That compares to about 5.5% compounded annual returns for Coca-Cola over the same time period. In addition you would have received $9,700 in cumulative dividends from PepsiCo over that twenty year period, which would have added a further 1.3% per year onto the compounded annual returns.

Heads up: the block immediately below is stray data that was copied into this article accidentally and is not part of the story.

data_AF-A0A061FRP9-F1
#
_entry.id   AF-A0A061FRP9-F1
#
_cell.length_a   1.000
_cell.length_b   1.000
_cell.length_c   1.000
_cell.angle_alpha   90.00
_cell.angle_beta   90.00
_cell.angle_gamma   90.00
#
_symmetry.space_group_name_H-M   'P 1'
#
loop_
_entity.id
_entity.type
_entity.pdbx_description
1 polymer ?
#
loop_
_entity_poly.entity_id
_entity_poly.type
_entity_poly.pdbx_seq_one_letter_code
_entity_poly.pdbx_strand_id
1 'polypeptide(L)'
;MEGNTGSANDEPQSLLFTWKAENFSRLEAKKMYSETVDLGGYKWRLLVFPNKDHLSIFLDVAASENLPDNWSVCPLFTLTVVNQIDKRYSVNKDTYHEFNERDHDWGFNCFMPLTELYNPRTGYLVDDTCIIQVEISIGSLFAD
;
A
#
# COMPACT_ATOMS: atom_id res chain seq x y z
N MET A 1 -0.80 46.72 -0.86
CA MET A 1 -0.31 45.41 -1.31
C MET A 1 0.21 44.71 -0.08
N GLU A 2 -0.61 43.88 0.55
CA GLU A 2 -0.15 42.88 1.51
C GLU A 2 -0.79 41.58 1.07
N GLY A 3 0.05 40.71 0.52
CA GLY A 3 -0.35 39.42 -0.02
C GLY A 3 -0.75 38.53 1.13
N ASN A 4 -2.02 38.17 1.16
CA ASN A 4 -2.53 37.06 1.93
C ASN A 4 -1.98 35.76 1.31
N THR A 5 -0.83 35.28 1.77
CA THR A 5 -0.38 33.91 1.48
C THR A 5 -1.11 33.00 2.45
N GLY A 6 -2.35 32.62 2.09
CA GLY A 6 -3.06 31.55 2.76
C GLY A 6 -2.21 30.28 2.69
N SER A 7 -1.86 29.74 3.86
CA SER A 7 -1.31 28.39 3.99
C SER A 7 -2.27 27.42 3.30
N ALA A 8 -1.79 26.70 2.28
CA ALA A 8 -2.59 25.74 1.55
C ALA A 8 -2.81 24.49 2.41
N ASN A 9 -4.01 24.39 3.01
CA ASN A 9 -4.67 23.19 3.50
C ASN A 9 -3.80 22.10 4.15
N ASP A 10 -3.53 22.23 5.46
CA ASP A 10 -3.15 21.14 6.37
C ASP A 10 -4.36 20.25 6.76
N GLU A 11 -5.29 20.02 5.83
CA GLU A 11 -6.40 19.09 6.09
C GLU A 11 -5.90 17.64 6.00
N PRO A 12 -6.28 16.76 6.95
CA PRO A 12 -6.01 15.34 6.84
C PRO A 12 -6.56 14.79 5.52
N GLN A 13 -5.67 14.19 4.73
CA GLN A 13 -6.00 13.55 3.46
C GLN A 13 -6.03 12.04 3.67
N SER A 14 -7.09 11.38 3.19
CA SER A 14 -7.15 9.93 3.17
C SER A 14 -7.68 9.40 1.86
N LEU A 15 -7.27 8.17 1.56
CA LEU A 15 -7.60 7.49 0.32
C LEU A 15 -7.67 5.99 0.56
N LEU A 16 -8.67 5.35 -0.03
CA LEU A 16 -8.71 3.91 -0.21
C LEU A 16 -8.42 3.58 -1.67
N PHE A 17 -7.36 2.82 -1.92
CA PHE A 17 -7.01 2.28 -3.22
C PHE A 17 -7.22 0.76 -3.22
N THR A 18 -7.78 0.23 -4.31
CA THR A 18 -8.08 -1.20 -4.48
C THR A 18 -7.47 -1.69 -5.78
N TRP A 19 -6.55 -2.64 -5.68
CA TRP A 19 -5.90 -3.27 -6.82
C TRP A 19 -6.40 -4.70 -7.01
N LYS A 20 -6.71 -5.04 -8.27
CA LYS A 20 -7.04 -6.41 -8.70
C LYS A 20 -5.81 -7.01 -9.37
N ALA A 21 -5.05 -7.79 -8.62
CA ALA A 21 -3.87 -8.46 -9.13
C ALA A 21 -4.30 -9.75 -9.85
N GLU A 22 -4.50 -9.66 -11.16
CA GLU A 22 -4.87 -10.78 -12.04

If you assume that those dividends were continually reinvested into more shares then the final total return would be 9.30% for PepsiCo stock, versus 6.50% for Coca-Cola. That difference of 2.80% a year in the compounded annual returns would have added up to $22,700 over the twenty year time period. You have the same high quality businesses, but a big difference in expected value that has ended up having a fairly dramatic effect on shareholder returns. All because investors in the late 1990s were bidding up Coca-Cola stock to more extreme levels relative to its future growth prospects. What does that mean in long-term stock portfolio? You just end up allocating a bit more to PepsiCo that may otherwise have headed for Coca-Cola. When the tide turns and the ensuing crushing multiple contraction has worked its cause you end up reverting back again. It’s less about which is the better stock; more about which stock is the better value.